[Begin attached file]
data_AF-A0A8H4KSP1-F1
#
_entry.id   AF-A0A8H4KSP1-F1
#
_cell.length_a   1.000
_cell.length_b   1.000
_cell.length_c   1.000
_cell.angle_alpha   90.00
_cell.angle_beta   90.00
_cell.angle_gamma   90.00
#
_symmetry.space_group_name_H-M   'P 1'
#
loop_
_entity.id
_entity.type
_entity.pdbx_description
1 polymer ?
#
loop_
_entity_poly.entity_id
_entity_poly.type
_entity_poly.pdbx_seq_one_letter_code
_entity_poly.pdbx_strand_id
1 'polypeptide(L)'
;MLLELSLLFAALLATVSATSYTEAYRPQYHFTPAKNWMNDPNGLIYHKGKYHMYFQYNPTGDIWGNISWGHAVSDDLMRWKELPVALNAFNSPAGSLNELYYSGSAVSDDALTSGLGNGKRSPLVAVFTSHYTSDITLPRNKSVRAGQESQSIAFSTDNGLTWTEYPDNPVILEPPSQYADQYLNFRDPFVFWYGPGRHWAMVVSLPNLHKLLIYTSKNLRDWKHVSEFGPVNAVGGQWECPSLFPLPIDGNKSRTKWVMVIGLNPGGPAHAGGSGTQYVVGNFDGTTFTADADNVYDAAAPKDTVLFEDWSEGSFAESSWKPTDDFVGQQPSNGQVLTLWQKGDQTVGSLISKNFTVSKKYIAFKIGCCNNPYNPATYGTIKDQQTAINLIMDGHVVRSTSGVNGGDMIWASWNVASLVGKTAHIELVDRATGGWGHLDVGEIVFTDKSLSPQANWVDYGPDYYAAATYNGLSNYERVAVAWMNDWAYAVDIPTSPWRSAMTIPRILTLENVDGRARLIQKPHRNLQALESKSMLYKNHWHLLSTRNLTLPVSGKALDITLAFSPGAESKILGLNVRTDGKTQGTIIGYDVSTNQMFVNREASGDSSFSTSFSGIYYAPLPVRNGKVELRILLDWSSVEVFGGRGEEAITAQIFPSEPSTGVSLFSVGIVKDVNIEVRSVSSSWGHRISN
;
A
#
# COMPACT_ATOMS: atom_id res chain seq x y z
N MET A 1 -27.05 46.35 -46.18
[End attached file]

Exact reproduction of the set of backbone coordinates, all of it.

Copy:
data_AF-A0A8H4KSP1-F1
#
_entry.id   AF-A0A8H4KSP1-F1
#
_cell.length_a   1.000
_cell.length_b   1.000
_cell.length_c   1.000
_cell.angle_alpha   90.00
_cell.angle_beta   90.00
_cell.angle_gamma   90.00
#
_symmetry.space_group_name_H-M   'P 1'
#
loop_
_entity.id
_entity.type
_entity.pdbx_description
1 polymer ?
#
loop_
_entity_poly.entity_id
_entity_poly.type
_entity_poly.pdbx_seq_one_letter_code
_entity_poly.pdbx_strand_id
1 'polypeptide(L)'
;MLLELSLLFAALLATVSATSYTEAYRPQYHFTPAKNWMNDPNGLIYHKGKYHMYFQYNPTGDIWGNISWGHAVSDDLMRWKELPVALNAFNSPAGSLNELYYSGSAVSDDALTSGLGNGKRSPLVAVFTSHYTSDITLPRNKSVRAGQESQSIAFSTDNGLTWTEYPDNPVILEPPSQYADQYLNFRDPFVFWYGPGRHWAMVVSLPNLHKLLIYTSKNLRDWKHVSEFGPVNAVGGQWECPSLFPLPIDGNKSRTKWVMVIGLNPGGPAHAGGSGTQYVVGNFDGTTFTADADNVYDAAAPKDTVLFEDWSEGSFAESSWKPTDDFVGQQPSNGQVLTLWQKGDQTVGSLISKNFTVSKKYIAFKIGCCNNPYNPATYGTIKDQQTAINLIMDGHVVRSTSGVNGGDMIWASWNVASLVGKTAHIELVDRATGGWGHLDVGEIVFTDKSLSPQANWVDYGPDYYAAATYNGLSNYERVAVAWMNDWAYAVDIPTSPWRSAMTIPRILTLENVDGRARLIQKPHRNLQALESKSMLYKNHWHLLSTRNLTLPVSGKALDITLAFSPGAESKILGLNVRTDGKTQGTIIGYDVSTNQMFVNREASGDSSFSTSFSGIYYAPLPVRNGKVELRILLDWSSVEVFGGRGEEAITAQIFPSEPSTGVSLFSVGIVKDVNIEVRSVSSSWGHRISN
;
A
#
# COMPACT_ATOMS: atom_id res chain seq x y z
N MET A 1 -27.05 46.35 -46.18